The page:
Senior diplomats from Israel, the US, and regional Arab allies agreed to increase efforts to improve security, stability and prosperity in the Middle East during a Negev Summit follow-up meeting in Bahrain on Monday.
The first meeting of the Negev Summit Steering Committee — consisting of Israel, Bahrain, the UAE, Egypt, Morocco, and the US — is “especially important in light of US President Joe Biden’s expected visit in Israel and Saudi Arabia, and America’s commitments to widen the circle of peace,” the Foreign Ministry said in a statement after the meeting.
Biden is slated to visit Israel, the West Bank and Saudi Arabia on July 13-16.
“It was an important milestone,” an Israeli diplomatic official said on Monday.
“It is part of an ongoing effort to build what we like to call a regional architecture, which is both military and civilian in its character, with a meaningful American presence,” he said.
The meeting in Bahrain’s capital was designed to turn the March Negev Summit into a permanent forum for regional cooperation.
A major Israeli achievement was having the name Negev Forum formalized, the first time a major multilateral initiative was named after a place in Israel.
“It was achieved with no difficulty and with no comments, as if it was a given,” said the official.
In Manama, the representatives of the six countries created a core document that lays out the goals of the forum, what each working group will deal with and who will lead them. That document must be approved by the six countries before being released.
The working groups set up during the summit address regional security, food and water security, energy, health, education and tolerance, and tourism. Each of the six Negev summit countries will head one of the working groups, which will meet two or three times a year.
Working groups are empowered to invite guests from countries that are not part of the Negev Forum.
The next steering committee meeting will take place in Israel ahead of the second meeting of the six foreign ministers. An agreement has been reached regarding the location of the foreign ministers’ meeting, but the countries want to keep that information under wraps for now, said the official. It will not be in Israel this time.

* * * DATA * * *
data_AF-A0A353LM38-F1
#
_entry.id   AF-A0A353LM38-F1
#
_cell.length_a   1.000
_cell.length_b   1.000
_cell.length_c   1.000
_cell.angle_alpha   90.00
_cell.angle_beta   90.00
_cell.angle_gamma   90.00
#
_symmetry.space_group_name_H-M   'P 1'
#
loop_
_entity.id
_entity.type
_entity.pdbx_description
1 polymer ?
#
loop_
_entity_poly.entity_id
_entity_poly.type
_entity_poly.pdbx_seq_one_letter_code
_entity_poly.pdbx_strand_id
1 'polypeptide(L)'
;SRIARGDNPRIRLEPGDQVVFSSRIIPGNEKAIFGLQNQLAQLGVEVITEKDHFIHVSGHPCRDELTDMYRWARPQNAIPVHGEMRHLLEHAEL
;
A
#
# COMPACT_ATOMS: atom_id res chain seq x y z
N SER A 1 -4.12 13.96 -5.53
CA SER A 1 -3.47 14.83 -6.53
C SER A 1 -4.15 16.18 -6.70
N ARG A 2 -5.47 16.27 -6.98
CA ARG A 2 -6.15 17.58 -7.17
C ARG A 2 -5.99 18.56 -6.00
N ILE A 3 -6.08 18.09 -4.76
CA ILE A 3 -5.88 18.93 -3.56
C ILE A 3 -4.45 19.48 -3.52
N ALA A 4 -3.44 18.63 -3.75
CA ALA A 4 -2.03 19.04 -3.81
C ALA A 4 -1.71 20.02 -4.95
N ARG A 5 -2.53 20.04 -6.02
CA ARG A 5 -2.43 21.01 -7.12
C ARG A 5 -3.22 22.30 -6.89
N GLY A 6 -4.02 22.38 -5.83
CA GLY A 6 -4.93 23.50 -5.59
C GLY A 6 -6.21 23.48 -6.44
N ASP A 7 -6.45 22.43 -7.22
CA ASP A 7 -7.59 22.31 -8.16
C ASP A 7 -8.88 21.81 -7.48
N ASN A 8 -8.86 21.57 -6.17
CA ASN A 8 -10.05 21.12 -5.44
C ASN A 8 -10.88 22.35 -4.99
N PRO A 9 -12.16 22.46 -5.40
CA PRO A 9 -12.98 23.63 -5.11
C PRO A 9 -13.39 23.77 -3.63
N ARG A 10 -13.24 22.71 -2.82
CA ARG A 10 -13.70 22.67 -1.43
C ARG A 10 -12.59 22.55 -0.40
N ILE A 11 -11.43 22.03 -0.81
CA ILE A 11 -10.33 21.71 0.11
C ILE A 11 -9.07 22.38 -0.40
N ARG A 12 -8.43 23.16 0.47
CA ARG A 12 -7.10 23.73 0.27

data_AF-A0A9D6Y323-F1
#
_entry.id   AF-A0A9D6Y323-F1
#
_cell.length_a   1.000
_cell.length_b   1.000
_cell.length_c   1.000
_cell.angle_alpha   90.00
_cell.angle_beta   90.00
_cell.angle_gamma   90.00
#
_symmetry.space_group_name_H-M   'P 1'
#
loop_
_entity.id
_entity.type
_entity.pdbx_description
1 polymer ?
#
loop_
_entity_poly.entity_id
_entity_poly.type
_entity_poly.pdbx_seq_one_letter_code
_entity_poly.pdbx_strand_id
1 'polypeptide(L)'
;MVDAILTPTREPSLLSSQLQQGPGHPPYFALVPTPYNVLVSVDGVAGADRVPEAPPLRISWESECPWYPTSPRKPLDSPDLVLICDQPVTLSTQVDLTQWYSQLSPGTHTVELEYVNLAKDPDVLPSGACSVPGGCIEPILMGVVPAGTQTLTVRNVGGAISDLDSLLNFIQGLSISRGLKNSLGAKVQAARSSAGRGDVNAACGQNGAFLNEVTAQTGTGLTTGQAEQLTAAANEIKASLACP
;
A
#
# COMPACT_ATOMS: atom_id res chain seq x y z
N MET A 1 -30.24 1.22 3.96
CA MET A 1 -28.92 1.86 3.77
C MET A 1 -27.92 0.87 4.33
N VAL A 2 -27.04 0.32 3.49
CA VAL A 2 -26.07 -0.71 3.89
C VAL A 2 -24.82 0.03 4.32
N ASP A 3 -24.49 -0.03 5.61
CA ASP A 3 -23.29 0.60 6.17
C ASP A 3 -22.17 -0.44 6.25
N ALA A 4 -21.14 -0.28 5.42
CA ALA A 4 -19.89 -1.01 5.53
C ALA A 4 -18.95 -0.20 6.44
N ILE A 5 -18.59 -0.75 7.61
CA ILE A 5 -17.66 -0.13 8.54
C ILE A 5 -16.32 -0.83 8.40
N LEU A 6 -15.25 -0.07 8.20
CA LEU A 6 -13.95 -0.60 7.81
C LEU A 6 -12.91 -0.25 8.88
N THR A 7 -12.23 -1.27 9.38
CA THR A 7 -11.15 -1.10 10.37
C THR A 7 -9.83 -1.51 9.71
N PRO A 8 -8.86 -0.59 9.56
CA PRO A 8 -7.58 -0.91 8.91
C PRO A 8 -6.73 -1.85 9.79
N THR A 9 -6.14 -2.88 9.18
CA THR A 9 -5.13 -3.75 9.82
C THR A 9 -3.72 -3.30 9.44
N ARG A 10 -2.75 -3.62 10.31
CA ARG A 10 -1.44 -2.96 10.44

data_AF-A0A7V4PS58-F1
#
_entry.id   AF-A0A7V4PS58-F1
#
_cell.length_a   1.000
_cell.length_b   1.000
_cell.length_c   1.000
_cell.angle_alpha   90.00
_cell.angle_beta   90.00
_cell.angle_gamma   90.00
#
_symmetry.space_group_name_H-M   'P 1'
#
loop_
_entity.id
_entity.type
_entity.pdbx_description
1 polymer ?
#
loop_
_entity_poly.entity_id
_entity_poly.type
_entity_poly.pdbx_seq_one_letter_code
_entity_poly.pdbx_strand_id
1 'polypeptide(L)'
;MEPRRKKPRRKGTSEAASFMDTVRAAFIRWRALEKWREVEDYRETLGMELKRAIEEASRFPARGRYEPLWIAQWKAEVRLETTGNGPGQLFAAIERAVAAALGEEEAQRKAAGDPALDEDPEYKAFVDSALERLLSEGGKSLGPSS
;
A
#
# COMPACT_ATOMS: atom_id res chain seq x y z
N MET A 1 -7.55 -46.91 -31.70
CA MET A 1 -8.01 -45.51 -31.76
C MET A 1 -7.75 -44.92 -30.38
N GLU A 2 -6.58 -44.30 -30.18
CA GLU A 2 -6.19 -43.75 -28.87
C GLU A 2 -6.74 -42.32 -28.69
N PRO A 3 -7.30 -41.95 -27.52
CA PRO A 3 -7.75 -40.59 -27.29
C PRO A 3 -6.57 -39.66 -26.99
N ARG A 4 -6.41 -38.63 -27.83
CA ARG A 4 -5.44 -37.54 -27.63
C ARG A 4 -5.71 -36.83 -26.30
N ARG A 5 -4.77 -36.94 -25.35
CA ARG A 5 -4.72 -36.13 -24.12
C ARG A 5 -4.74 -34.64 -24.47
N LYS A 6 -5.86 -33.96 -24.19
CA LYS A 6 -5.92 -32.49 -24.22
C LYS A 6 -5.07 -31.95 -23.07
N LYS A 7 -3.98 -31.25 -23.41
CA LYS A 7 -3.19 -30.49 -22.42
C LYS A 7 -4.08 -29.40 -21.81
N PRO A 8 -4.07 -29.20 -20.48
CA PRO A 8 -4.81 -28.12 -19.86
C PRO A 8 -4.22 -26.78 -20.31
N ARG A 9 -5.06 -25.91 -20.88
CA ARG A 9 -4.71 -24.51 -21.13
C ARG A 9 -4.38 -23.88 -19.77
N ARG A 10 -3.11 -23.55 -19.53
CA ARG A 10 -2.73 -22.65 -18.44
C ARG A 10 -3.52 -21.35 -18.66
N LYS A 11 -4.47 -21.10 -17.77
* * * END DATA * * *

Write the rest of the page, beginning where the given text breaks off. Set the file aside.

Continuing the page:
The steering committee also discussed the mechanism for inviting new members, but did not decide which countries would be invited to the next meeting.
Israel’s Foreign Ministry delegation, which took off on Sunday for Bahrain, was headed by Director-General Alon Ushpiz.
Deputy Assistant Secretary of State for Near Eastern Affairs Yael Lempert led the US delegation.
In late March, Israel hosted an unprecedented summit of regional leaders in the Negev town of Sde Boker, where they announced that the gathering would be the first iteration of a permanent regional forum.
“We see in this meeting the potential to formulate the regional architecture a bit ahead of time,” said Oded Joseph, head of the Foreign Ministry’s Middle East desk, on Sunday.
“The presence of the American delegation will be very important, as well as the arrival of President Biden to this region, and specifically his visit to Israel, from our view, will be an important part of what has been taking shape in the region for the past year and a half.”
A senior US official, discussing Biden’s visit, hinted last week that more Arab nations were looking to make gestures to improve relations with Israel.
“We are working, in the space that is not in the public domain, with a couple of other countries. And I think you’ll see some interesting things around the time of the president’s visit,” US Assistant Secretary of State for Near Eastern Affairs Barbara Leaf told a congressional subcommittee.
One of the topics of Monday’s Manama meeting would be regional security, said Joseph. “Many of the things that have been done, including in the years we didn’t have these diplomatic relations and things were done quietly, were done bilaterally. What we’re trying to do now with the Negev Forum is trying to create a situation in which there are multilateral activities on this issue.”
An official close to Foreign Minister Yair Lapid said during the March summit that Lapid and his Arab counterparts were discussing “advancing a regional security architecture.” The regional architecture will deal with threats by “air, sea, and piracy,” the official said.
“We’re trying to build a new regional framework… and tangible initiatives that can put flesh on the bones of the Negev forum,” said Lempert.
A joint statement also expressed the group’s support for a negotiated settlement to the Palestinian-Israeli conflict.
“It’s a very holistic approach, towards trying to advance this goal of building a new architecture that really has meaningful results,” Lempert told reporters.
AFP contributed to this report.